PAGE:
Do you sink into your mattress when you lie down or find yourself feeling trapped when you try to move? Even worse, do you find yourself waking up with a bad case of lower back pain? The culprit might just be a too soft mattress.
Softening and sagging can occur as mattresses age, and their materials lose support. While this loss of support is a good sign that it’s time to replace your mattress, it may not be feasible to replace your bed immediately. There are ways of firming up a mattress that will make your bed feel comfortable and supportive.
Ten Ways to Make a Mattress Firmer
1. Check Your Mattress’s Sleep Trial and Warranty
One of the simpler ways to replace a too-soft mattress is by checking the attached sleep trial and warranty policies. A sleep trial for a bed in a box mattress should last for the first few months, and some companies offer a full year to test out your mattress. If you’re sleeping on a new mattress and find it’s too soft, see if you can exchange it for a firmer mattress model.
If your mattress is no longer new and has grown soft and started to sag, you might be able to file a warranty claim for repairs or a replacement mattress. Measure how deep any indentations are, and see if they’re deep enough for your warranty to cover.
How deep a mattress must sag to be covered varies by company. Some will replace your mattress if it’s under 1 inch, while others will only offer a replacement once sagging exceeds 2 inches.
2. Buy a Firm Mattress Topper
Mattress toppers aren’t just for softening up a bed. You can also buy toppers with a firm feel to fix a sagging mattress. While a good topper can cost up to a few hundred dollars, it’s still far more affordable than buying a new mattress.
Toppers are usually made from memory foam, latex, or poly-foam. Be sure to compare features and prices and look at customer reviews, like you would when shopping for a new mattress.
3. Add or Replace Plywood
Slipping a piece of plywood or particleboard under the mattress can give the mattress a firmer feel. A solid or slatted foundation keeps a mattress lifted and deters sagging.
The downside to a plywood board is that the solid construction can limit airflow and promote mildew growth in your mattress. We recommend shopping for moisture-resistant plywood and keeping your mattress encased in a waterproof protector.
4. Move the Mattress to the Floor
A hard floor can provide the same uniform support as a plywood board and is a suitable method for firming up your mattress if you need an immediate solution. However, leaving your mattress on the floor is not the best solution in the long run because it can expose your mattress to dirt, pests, and mildew.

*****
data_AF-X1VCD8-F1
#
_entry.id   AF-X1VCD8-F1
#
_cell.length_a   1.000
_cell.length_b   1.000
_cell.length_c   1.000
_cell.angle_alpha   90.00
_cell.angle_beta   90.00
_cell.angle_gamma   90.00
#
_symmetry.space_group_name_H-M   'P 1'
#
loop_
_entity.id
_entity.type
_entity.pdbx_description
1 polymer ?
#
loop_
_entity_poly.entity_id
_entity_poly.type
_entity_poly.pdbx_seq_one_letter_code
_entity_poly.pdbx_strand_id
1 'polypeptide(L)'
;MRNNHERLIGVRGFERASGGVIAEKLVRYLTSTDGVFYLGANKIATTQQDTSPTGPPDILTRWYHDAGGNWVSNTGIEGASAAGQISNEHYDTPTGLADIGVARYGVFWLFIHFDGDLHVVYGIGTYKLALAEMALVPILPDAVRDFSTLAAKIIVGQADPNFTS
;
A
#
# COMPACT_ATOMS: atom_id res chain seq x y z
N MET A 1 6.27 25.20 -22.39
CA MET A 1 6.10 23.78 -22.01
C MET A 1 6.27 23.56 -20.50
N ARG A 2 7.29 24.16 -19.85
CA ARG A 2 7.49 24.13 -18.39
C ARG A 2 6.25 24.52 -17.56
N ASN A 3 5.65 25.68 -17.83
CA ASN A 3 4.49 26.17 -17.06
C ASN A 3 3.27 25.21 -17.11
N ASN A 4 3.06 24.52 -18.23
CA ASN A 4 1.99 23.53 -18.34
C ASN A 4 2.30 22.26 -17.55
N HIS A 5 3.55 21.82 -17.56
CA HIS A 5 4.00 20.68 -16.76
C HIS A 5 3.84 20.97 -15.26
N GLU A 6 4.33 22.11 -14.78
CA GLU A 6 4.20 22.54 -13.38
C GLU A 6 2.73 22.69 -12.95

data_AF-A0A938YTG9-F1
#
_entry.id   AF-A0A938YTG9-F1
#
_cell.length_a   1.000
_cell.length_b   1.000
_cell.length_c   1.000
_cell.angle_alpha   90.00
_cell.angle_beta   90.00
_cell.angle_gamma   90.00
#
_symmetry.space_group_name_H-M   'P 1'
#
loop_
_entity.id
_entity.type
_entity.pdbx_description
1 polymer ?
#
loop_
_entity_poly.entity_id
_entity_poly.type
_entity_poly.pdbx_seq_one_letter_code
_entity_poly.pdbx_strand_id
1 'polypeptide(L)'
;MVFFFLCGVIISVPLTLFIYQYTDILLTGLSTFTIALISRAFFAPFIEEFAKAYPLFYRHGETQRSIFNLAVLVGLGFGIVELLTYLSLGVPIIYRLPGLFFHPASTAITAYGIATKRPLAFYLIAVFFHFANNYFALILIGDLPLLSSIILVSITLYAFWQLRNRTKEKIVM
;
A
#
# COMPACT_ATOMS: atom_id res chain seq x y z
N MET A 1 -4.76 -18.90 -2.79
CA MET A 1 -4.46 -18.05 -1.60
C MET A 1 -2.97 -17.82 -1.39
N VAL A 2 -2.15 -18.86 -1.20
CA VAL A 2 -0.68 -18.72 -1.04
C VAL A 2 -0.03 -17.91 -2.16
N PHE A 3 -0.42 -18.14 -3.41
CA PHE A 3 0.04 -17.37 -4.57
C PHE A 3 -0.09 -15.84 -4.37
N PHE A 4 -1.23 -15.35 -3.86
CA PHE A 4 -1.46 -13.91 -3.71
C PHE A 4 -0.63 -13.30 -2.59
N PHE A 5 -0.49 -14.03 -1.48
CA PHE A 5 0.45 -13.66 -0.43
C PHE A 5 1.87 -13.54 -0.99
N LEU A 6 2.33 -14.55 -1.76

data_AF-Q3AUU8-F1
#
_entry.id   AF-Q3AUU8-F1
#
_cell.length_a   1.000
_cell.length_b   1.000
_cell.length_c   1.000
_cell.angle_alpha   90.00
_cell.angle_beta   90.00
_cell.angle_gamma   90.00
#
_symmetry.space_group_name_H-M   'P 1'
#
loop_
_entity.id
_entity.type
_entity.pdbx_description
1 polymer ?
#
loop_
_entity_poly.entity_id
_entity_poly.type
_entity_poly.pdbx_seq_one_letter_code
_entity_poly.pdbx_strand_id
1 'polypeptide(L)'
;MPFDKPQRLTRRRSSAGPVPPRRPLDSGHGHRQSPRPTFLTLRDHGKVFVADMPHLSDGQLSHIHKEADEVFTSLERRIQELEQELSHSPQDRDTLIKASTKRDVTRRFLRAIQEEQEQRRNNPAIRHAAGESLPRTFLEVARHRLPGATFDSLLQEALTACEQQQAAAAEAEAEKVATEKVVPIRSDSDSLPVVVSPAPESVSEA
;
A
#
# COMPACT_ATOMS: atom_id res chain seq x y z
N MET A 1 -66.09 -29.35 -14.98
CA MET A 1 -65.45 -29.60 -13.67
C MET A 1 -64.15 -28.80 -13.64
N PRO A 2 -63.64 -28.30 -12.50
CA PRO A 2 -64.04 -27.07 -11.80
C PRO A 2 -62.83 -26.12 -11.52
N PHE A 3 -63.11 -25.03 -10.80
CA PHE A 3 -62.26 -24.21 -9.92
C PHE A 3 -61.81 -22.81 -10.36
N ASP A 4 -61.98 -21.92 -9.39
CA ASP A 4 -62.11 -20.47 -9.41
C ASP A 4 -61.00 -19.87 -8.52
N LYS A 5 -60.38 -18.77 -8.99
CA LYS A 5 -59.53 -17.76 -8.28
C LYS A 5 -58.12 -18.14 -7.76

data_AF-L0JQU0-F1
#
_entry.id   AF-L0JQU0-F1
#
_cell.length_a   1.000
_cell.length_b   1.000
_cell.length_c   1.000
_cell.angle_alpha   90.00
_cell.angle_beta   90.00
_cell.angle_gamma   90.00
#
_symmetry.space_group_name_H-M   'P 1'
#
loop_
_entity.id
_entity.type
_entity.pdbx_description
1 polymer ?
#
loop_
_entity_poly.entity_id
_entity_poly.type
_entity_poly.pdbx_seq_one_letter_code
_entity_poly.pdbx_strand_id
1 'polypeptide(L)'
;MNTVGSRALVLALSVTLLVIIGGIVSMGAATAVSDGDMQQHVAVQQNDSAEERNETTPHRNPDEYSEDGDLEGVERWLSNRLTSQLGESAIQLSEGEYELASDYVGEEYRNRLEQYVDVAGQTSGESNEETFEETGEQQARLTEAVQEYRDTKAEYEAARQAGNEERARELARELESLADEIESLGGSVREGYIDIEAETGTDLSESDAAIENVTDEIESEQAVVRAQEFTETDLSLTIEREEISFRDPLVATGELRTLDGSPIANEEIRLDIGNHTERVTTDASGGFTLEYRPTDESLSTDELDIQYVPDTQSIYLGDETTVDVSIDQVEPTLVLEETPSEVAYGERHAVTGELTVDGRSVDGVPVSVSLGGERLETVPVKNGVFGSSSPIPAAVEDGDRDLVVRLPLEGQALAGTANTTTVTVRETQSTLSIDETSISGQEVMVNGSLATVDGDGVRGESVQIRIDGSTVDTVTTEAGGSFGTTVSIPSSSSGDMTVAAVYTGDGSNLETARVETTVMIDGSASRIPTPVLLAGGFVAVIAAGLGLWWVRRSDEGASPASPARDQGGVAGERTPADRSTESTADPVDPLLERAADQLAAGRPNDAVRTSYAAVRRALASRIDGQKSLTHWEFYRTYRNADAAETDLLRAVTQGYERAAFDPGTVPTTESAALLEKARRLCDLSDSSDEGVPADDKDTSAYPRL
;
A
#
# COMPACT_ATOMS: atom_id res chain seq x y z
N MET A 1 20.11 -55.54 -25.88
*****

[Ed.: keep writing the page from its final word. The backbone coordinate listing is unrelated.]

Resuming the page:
The floor presents the same problem as a piece of plywood, preventing air from circulating through the bottom of your mattress and collecting absorbed moisture. This moisture can build up and let mold grow in and around your mattress. Too much humidity can also soften up your mattress.
Is keeping your mattress on the floor for a while unavoidable? Then lift it once a week and lean it against a wall to let airflow through the mattress.
5. Change Your Box Spring
Box springs often last longer than mattresses, but they will need to be replaced eventually. The inner coils will eventually lose support and sag, providing uneven support. Most box springs shouldn’t be used for more than a decade, and you should check their condition if you hear squeaks or creaks or if the wood smells.
Using a box spring with a mattress can also cause the bed to sag prematurely if the box spring doesn’t provide the full support the mattress needs. Memory foam mattresses shouldn’t be placed on a box spring, nor should any other type of foam mattresses such as latex and poly-foam.
Removing the box spring and replacing it with a solid or slatted foundation for a memory foam mattress can make your bed feel firmer.
6. Lower the Room Temperature
Some mattresses are temperature sensitive, such as memory foam beds. Memory foam mattresses are designed to soften up when exposed to heat, which lets the mattress conform to your body for pressure relief. This sensitivity means the bed can also feel firmer in colder temperatures.
Try lowering your thermostat, turning on a fan, or opening your window to firm up your mattress a little
7. Give it Time to Breathe
It’s not just body heat that can soften a mattress—retained moisture can soften up a mattress as well. If you live in a humid climate, your mattress may absorb moisture throughout the day and night.
Try carrying your mattress outside so it gets exposed to some sunlight. Sunlight evaporates moisture and helps eliminate the germs, mildew, and allergens that a mattress can accumulate.
8. Rotate and Flip the Mattress
Do you tend to lie down on the same spot night after night? Many of us do, and the repeated wear and tear can cause that section of the mattress to sag. Rotating your mattress will change where you’re lying on the bed, evening out the mattress’s feel.
Not all mattresses made are flippable, including most foam and hybrid mattresses. But if you have one of the rare flippable foam or hybrid mattresses, flipping the mattress can even out the wear and tear on your bed.
You should rotate and, if possible, flip your mattress every three to six months.
9. Flatten Your Bedding
If you want a firmer bed, make sure your fitted sheets lie smooth. A tight fit puts pressure on the mattress that can harden its feel.
And if you use a mattress pad, you might want to skip it since it can add a touch of softness to your bed. If you want a protective layer between your sheets and mattress, consider a mattress protector instead.
10. Replace Old Layers
This is only an option if your mattress has a removable cover, as some latex and memory foam mattresses do. If you can unzip the mattress and move its layers, you should be able to remove any worn-out layers and replace them with a new one. Ask your mattress company’s customer service if you can special order a new foam layer.
Finding the Right Mattress Firmness
The best mattress firmness depends on two factors, your favorite sleeping position and your body weight. If you shop with these two considerations in your mind, you’re much less likely to choose a mattress that’s too soft or too firm.